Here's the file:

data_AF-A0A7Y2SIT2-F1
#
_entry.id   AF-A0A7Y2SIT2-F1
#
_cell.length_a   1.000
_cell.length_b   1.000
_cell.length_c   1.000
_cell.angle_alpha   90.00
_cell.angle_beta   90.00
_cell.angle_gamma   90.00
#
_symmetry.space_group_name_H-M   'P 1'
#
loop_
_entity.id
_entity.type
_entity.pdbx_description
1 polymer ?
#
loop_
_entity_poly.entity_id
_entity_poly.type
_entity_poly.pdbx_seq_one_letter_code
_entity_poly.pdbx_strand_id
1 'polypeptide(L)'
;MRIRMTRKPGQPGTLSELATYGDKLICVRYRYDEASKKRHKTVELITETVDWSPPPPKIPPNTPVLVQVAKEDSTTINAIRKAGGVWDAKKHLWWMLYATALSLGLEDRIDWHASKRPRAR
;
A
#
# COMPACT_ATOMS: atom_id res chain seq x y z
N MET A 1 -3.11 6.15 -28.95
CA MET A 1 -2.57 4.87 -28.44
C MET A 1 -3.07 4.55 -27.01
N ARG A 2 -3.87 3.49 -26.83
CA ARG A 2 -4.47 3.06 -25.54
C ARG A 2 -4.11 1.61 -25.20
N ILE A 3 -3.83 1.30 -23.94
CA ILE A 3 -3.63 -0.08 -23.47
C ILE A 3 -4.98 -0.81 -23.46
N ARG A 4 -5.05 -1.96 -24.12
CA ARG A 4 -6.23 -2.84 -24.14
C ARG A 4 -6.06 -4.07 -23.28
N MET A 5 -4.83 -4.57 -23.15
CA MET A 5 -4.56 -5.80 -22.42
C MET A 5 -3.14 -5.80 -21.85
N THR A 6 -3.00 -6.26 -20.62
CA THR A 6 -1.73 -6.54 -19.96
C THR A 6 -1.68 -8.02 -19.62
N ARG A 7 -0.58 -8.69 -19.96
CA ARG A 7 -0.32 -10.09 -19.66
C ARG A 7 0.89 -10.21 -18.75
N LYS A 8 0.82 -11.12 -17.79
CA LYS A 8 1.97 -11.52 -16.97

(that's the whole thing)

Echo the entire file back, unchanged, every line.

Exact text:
data_AF-A0A7Y2SIT2-F1
#
_entry.id   AF-A0A7Y2SIT2-F1
#
_cell.length_a   1.000
_cell.length_b   1.000
_cell.length_c   1.000
_cell.angle_alpha   90.00
_cell.angle_beta   90.00
_cell.angle_gamma   90.00
#
_symmetry.space_group_name_H-M   'P 1'
#
loop_
_entity.id
_entity.type
_entity.pdbx_description
1 polymer ?
#
loop_
_entity_poly.entity_id
_entity_poly.type
_entity_poly.pdbx_seq_one_letter_code
_entity_poly.pdbx_strand_id
1 'polypeptide(L)'
;MRIRMTRKPGQPGTLSELATYGDKLICVRYRYDEASKKRHKTVELITETVDWSPPPPKIPPNTPVLVQVAKEDSTTINAIRKAGGVWDAKKHLWWMLYATALSLGLEDRIDWHASKRPRAR
;
A
#
# COMPACT_ATOMS: atom_id res chain seq x y z
N MET A 1 -3.11 6.15 -28.95
CA MET A 1 -2.57 4.87 -28.44
C MET A 1 -3.07 4.55 -27.01
N ARG A 2 -3.87 3.49 -26.83
CA ARG A 2 -4.47 3.06 -25.54
C ARG A 2 -4.11 1.61 -25.20
N ILE A 3 -3.83 1.30 -23.94
CA ILE A 3 -3.63 -0.08 -23.47
C ILE A 3 -4.98 -0.81 -23.46
N ARG A 4 -5.05 -1.96 -24.12
CA ARG A 4 -6.23 -2.84 -24.14
C ARG A 4 -6.06 -4.07 -23.28
N MET A 5 -4.83 -4.57 -23.15
CA MET A 5 -4.56 -5.80 -22.42
C MET A 5 -3.14 -5.80 -21.85
N THR A 6 -3.00 -6.26 -20.62
CA THR A 6 -1.73 -6.54 -19.96
C THR A 6 -1.68 -8.02 -19.62
N ARG A 7 -0.58 -8.69 -19.96
CA ARG A 7 -0.32 -10.09 -19.66
C ARG A 7 0.89 -10.21 -18.75
N LYS A 8 0.82 -11.12 -17.79
CA LYS A 8 1.97 -11.52 -16.97